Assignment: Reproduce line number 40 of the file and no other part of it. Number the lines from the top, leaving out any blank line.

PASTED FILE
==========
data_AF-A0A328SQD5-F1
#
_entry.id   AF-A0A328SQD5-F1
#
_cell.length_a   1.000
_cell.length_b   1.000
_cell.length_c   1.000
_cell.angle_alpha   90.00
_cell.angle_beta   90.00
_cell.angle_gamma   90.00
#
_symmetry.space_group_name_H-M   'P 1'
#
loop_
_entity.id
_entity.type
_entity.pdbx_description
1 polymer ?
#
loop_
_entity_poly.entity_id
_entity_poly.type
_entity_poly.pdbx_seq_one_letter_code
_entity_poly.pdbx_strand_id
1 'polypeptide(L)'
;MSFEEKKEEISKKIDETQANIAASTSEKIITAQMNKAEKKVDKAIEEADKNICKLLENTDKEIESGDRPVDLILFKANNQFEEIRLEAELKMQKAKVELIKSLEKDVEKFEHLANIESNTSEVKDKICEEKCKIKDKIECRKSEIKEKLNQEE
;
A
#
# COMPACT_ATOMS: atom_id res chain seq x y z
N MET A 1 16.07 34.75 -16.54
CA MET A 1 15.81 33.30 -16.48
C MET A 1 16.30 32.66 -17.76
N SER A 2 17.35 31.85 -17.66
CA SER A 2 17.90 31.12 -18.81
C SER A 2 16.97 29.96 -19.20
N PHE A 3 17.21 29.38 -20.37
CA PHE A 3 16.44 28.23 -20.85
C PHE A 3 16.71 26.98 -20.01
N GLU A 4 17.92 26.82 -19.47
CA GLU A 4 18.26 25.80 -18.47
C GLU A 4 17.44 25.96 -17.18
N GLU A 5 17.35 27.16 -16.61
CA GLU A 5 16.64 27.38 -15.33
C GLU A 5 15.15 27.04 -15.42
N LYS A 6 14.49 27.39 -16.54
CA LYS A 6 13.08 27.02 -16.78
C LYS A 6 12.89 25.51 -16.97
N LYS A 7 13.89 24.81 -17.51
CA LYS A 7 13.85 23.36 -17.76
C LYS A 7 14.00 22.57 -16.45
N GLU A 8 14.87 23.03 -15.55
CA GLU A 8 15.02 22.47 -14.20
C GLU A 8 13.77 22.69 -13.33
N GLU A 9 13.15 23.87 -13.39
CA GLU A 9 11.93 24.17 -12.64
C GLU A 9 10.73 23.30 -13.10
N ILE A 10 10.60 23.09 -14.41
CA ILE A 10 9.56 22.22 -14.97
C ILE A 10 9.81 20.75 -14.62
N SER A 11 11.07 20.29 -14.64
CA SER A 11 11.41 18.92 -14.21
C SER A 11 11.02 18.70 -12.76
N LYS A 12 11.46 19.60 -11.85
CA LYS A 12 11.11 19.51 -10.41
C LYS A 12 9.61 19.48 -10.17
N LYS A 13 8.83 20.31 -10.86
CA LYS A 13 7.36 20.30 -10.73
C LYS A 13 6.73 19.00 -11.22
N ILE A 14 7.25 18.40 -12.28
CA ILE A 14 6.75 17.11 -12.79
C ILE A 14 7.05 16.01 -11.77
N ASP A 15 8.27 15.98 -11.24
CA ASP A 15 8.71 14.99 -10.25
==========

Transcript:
N GLU A 4 17.92 26.82 -19.47